Impact of Negative Cartoons on Children

The typical Modern American child watches television every day, especially cartoons. Cartoons are a fun way for children to learn and engage; or so they use to be. However, as time advances, the quality and wholesomeness of cartoons are changing. Cartoons are becoming more sexualized, condoning violence, and no longer not requiring children to think and walk away with some type of lesson. As a result, Cartoons are negatively impacting children. Cartoons are expanding the minds of children but also limiting their sense of morality.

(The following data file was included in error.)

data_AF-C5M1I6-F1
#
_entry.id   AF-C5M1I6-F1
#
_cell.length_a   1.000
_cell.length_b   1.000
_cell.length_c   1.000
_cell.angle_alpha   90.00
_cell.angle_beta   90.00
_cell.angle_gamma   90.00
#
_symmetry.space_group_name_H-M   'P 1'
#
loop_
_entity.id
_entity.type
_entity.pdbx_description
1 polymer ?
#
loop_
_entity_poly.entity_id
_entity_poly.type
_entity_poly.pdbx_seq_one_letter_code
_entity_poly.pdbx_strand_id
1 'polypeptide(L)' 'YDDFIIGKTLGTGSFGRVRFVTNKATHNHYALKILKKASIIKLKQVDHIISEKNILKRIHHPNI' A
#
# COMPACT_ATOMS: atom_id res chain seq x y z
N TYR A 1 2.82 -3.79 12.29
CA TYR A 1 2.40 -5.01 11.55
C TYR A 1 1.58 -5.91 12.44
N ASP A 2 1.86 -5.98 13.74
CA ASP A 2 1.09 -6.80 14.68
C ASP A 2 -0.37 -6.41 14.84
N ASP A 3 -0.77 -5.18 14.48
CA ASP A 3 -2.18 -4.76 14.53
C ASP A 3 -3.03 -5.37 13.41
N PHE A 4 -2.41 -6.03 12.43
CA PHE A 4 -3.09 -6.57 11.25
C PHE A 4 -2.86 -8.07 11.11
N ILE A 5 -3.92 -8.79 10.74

Children are like sponges. They absorb everything that is around them. A lot of where children learn is from television. Cartoons grab children’s attention, so great that they could be watching television for hours. The same cartoons that children are constantly watching, are containing sexual and inappropriate content. A show aired on Nickelodeon in 2014 named Breadwinners. This show is a prime example of sexual and inappropriate content in cartoons. Children gravitate to this show because of the colorfulness and the use of animals that children are able to recognize. In this cartoon it has a lot of the main characters shaking their butts and slapping each other’s. The opening song that introduces the show is not appropriate for children. “Booty kick it, party punch it. Shake your feathers, make your pants dance.” (Breadwinners Wiki). Children should not be exposed to such things, especially in cartoons. It is highly inappropriate and it confuses the young innocent minds of children. Children should not be watching things where it is acceptable to be sexual with other people and themselves. It does not do anything about teaching self respect. All that this does is show children that their bodies are toys and can be touched and shook anywhere for anyone. This causes children to want to reenact what that are seeing. Children will then begin to inappropriately touch each other as a result of the cartoons that they are exposed to.